José Eduardo Méndez Delgado
Thesis advisor
Esteban López
García Rojas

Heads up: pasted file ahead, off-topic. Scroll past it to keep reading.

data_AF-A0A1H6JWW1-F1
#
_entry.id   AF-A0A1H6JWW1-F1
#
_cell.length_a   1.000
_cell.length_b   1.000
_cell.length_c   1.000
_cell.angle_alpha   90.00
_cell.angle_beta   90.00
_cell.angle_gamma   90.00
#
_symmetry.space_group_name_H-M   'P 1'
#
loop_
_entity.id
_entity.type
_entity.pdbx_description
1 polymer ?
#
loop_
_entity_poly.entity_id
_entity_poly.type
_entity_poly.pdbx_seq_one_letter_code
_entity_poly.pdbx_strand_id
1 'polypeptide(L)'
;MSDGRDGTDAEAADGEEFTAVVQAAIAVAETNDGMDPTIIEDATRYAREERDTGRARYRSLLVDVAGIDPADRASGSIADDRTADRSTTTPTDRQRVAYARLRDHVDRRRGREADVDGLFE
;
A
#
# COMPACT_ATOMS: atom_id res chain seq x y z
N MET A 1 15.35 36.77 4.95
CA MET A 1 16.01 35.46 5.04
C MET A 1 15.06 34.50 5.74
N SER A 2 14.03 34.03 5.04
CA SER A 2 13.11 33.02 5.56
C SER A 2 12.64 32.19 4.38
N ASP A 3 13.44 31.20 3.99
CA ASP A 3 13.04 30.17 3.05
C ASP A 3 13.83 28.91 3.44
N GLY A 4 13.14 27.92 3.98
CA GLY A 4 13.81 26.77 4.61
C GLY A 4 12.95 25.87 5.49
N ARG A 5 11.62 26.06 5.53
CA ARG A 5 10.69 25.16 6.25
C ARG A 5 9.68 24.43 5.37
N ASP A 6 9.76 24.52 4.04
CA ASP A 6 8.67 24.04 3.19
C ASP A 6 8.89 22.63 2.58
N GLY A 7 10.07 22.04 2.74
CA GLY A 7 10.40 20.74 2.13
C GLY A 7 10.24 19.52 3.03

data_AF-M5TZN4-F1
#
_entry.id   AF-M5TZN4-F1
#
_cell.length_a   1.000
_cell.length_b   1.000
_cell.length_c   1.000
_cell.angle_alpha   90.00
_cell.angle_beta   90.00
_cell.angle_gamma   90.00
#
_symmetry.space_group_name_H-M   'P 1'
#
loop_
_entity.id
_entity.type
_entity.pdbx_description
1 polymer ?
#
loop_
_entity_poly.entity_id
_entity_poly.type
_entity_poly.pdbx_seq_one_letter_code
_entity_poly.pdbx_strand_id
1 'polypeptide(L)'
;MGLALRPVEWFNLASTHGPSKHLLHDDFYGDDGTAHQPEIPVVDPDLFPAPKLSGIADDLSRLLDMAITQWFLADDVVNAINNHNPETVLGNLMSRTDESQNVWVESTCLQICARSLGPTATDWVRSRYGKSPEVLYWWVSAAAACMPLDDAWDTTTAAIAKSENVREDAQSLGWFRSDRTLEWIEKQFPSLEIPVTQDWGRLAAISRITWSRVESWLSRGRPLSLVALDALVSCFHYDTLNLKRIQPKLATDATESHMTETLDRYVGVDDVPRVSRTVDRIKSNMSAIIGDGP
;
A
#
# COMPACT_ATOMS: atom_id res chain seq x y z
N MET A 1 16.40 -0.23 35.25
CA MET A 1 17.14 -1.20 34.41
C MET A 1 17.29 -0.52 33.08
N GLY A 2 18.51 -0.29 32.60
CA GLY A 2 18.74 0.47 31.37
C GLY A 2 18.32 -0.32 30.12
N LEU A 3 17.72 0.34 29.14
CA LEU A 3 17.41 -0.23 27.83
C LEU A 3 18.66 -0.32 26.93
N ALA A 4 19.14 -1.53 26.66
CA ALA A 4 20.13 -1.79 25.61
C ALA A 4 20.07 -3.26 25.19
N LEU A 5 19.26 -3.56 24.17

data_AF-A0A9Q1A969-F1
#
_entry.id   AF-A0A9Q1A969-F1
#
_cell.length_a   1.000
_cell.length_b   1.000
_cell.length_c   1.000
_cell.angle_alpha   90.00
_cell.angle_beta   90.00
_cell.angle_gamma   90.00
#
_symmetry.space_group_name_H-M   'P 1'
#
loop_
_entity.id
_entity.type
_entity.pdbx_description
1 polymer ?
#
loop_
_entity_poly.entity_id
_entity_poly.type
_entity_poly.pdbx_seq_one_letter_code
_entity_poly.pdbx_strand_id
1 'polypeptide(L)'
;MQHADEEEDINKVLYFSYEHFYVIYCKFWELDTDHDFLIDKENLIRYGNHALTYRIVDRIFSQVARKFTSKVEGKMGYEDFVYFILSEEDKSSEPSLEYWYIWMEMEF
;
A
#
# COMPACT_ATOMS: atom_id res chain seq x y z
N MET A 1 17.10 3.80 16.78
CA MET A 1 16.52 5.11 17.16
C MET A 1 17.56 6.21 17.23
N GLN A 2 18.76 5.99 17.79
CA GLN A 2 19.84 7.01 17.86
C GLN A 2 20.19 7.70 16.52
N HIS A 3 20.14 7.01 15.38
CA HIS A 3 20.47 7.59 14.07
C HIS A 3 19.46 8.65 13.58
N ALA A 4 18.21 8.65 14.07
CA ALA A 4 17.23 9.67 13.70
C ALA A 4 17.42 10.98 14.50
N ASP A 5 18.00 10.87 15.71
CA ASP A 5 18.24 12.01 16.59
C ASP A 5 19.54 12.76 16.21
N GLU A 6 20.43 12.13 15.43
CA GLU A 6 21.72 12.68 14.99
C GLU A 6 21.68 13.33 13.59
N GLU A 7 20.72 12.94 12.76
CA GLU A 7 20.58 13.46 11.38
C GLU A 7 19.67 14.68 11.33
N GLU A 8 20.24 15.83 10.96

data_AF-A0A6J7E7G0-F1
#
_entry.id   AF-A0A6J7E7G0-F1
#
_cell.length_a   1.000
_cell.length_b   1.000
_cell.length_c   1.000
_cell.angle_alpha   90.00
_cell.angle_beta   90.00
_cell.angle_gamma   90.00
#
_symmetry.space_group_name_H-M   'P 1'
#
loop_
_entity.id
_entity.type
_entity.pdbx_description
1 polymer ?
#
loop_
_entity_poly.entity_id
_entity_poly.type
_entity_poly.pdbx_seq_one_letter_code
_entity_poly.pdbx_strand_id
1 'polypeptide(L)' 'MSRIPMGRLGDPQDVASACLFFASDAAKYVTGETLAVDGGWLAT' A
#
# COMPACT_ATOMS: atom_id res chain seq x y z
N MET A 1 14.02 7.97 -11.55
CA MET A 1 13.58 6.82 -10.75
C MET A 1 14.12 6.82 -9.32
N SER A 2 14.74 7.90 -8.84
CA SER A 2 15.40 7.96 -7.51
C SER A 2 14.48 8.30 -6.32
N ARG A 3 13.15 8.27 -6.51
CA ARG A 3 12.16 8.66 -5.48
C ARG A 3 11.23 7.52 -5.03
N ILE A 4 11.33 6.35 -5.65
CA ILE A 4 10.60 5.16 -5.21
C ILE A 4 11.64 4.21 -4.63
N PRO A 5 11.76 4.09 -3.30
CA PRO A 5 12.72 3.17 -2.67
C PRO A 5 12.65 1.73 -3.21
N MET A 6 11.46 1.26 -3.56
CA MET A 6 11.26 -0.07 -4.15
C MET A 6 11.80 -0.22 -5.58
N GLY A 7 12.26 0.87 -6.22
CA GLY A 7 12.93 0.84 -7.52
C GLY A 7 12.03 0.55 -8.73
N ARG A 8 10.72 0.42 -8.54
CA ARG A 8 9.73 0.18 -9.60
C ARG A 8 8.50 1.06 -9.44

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This PhD thesis is dedicated to the analysis of Herbig-Haro objects (HHs) in the central region of the Orion Nebula and their impact on the surrounding ionised gas. HHs are collimated gas jets ejected from protostars. Although their physical properties and excitation mechanism have been extensively studied in neutral gas clouds, those HHs immersed in HII regions have been less explored. The study of these latter HHs require the use of high spectral resolution spectroscopy in order to separate their emission from the strong nebular background, using their Doppler shift. In this work, we mainly use high spectral resolution spectra from the Ultraviolet and Visual Echelle Spectrograph (UVES) of the Very Large Telescope (VLT) and high spatial resolution Hubble Space Telescope (HST) imaging. We focus on HH529II, HH529III, HH204 and HH514, located at different distances from the main ionising star of the Orion Nebula, theta1 Ori C, and showing different apparent propagation velocities. Our theoretical and observational analysis confirms that photoionisation is the main excitation mechanism of these HHs, in contrast with their counterparts immersed in neutral gas clouds, which are excited by shock heating. This fact allowed us to analyse the selected sample of HHs as small-scale HII regions. Therefore, we were able to determine their physical properties, kinematics and chemical abundances with an unprecedented detail. With the HST imaging and kinematic data, we determined the three-dimensional trajectories of these HHs, locating their possible origin within the star-forming areas of the Orion Nebula. The local impact of HHs on the photoionised gas is important, since they strongly increase the local density and decrease the degree of ionisation. These phenomena have an important impact on the chemical abundances obtained in limited regions of the Orion Nebula when intermediate or low spectral resolution spectra are used and the different kinematic components can not be resolved. The results of this thesis have been published in a series of three articles in the peer-reviewed scientific journals Monthly Notices of the Royal Astronomical Society and The Astrophysical Journal. These papers are presented as separate sections of this PhD Thesis.